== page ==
I have an inert .244 Magnum round, and when I pulled yesterday, I discovered was half full with epoxy. Is there any way to soften, dissolve or otherwise remove this extremely hard substance? I pulled it as I thought it was a live round, as the epoxy gave it a too much weight for an empty case.
Falcon, you might try soaking it in ACETONE but, watch the fumes. It is best done outdoors in a covered container(very quick evaporation!) M.Rea
I don’t think you can get acetone in the UK. If you can, I don’t know where.
Nail polish remover is acetone.
Cheers, I will have to raid the bathroom cabinet. Will acetone definitely soften dried epoxy?
Acetone will soften, even dissolve, many, although by no means all, organic materials - it is the mildest of the so-called “aromatic” solvents. It will turn stranded cordite into a brown goo (which quickly solidifies into an intransient (sp) mass as the acetone evaporates - it cannot be used to “flush” stranded cordite out of holes drilled in the side of a .505 Gibbs, for example - we will not discuss why I’m so sure of this!).
Be careful in using it, as noted above. You may need to apply, scrape and repeat. This solvent will fog, even distort depending on circumstances, plastics and may affect clothing dyes, etc. Not terribly dangerous except for flammability, but you don’t want to be breathing the fumes nor spilling it.
One particular note applicable to ammo collecting is that it WILL dissolve lacquers used for load identification, so you will want to take at least rudimentary pains to protect the base if there is primer sealant you wish to preserve.
Thanks, I will try it. There is no primer sealant or any other markings on this round that it would affect. Would it be best to leave it in the case overnight or something?
The more that you can mechanicly remove before resorting to the acetone, the better.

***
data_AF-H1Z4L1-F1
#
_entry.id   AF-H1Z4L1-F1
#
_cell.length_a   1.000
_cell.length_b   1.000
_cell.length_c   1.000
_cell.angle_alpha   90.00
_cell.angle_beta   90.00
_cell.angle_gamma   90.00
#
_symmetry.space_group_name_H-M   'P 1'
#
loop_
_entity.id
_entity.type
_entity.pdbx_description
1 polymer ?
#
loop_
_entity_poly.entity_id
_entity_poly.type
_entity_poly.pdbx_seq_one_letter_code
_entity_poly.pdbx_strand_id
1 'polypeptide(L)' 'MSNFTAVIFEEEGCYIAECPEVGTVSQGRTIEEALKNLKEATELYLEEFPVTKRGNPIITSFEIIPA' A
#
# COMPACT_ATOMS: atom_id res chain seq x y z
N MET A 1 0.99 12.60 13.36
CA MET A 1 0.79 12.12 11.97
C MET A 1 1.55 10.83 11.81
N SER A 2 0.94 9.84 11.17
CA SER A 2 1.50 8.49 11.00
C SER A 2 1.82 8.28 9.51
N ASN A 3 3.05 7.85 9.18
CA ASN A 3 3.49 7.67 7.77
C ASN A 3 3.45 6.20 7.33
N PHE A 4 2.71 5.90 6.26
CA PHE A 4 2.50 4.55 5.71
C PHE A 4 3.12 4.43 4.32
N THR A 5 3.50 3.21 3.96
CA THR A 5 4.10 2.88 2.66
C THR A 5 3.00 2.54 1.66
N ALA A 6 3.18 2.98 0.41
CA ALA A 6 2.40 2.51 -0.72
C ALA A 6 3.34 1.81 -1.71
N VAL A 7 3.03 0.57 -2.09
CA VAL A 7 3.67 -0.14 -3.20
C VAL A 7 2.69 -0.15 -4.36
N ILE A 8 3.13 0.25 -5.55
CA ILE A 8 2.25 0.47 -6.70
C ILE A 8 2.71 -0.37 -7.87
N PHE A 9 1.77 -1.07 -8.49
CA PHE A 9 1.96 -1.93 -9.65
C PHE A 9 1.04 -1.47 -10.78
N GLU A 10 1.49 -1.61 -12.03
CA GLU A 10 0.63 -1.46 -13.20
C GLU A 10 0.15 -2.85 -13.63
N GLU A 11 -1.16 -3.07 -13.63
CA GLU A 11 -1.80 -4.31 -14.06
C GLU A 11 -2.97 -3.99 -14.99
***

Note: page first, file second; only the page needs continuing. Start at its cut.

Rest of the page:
Say a 5.5mm drill bit, being careful to not drill into the base, to remove the bulk of the epoxy first (who knows, after drilling the epoxy, the weight might be where you want it to be)
I have no way of knowing the round’s proper weight when live, I just want rid of the epoxy as it serves no purpose. I thought of putting it in a lathe and drilling some of it out.
Falcon–Acetone, at least here in the U.S., is available by the quart at stores that sell paint for refinishing cars. Much less expensive than buying the little bottles of nail polish remover.
I will try to get hold of some acetone somehow.
I buy the acetone at the larger hardware / paint / building products stores. Look in the section where they keep the various paint thinning agents.
How about gently heating the round and then knocking it mouth down at some construction wood? If metal expands enough, the whole epoxy piece may just fall out.
It is NEVER a good idea to heat any case in which the primer could still possibly be live. In Falcon’s .244 Magnum there is no way know if the primer had been inerted before the epoxy was poured in. I would bet there is a good chance it has not been inerted. Furture, since the .244 Magnum is a bottle-necked case, the heating would not work anyway.
As for the acetone dissolving the epoxy, it may work, but it would not surprise me if it did nothing. Most epoxies, once cured, are impervious to almost any solvent.